Whether due to natural causes or human carelessness, forest fires have the power to cause devastating damage, alter the habitat of animals and endemic species, generate insecurity in the population, and even affect human settlements with significant economic losses. These natural and social disasters are very difficult to control, and despite the multidisciplinary human effort, it has not been possible to create efficient mechanisms to mitigate the effects, and they have become the nightmare of every summer season. This study focuses on forecast models for fire measurements using time-series data from the Chilean Ministry of Agriculture. Specifically, this study proposes a comprehensive methodology of deterministic and stochastic time series to forecast the fire measures required by the programs of the National Forestry Corporation (CONAF). The models used in this research are among those commonly applied for time-series data. For the number of fires series, an Autoregressive Integrated Moving Average (ARIMA) model is selected, while for the affected surface series, a Seasonal Autoregressive Integrated Moving Average (SARIMA) model is selected, in both cases due to the lowest error metrics among the models fitted. The results provide evidence on the forecast for the number of national fires and affected national surface measured by a series of hectares (ha). For the deterministic method, the best model to predict the number of fires and affected surface is double exponential smoothing with damped parameter; for the stochastic approach, the best model for forecasting the number of fires is an ARIMA (2,1,2); and for affected surface, a SARIMA (Formula presented.), forecasting results are determined both with stochastic models due to showing a better performance in terms of error metrics.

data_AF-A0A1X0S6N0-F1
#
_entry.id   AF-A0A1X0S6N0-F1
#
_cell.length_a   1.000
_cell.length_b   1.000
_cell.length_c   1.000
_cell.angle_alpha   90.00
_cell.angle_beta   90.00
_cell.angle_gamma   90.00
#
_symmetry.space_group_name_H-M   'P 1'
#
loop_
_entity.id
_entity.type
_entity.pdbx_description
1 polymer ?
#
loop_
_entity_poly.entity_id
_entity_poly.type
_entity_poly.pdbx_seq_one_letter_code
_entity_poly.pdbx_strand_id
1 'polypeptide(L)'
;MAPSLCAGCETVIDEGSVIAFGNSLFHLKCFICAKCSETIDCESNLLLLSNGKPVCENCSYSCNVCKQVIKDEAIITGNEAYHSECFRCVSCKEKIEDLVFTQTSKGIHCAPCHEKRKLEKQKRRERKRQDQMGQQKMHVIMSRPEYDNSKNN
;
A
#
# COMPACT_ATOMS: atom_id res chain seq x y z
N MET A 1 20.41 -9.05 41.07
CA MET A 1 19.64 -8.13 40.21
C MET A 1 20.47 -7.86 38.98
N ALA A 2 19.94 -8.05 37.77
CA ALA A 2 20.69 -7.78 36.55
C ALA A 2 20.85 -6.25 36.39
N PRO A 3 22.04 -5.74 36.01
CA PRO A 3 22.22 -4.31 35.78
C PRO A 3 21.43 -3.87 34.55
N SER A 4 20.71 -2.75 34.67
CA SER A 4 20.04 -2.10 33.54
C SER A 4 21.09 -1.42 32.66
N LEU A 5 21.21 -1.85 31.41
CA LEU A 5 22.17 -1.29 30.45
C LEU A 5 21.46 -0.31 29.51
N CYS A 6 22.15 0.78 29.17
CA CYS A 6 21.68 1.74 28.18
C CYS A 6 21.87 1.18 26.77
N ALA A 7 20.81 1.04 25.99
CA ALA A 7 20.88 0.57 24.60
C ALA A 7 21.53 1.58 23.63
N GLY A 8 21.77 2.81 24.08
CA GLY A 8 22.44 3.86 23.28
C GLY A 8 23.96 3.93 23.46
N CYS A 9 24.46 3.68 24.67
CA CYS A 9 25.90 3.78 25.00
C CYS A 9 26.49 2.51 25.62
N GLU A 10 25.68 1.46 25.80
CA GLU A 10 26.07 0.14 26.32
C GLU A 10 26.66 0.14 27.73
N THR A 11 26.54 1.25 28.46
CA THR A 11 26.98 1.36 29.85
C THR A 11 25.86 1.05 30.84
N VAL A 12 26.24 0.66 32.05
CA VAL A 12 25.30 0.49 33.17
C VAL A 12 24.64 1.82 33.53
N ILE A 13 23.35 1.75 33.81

- data science
- econometric modeling
- statistical inference
- stochastic stability and control
- wildfires stochastic forecast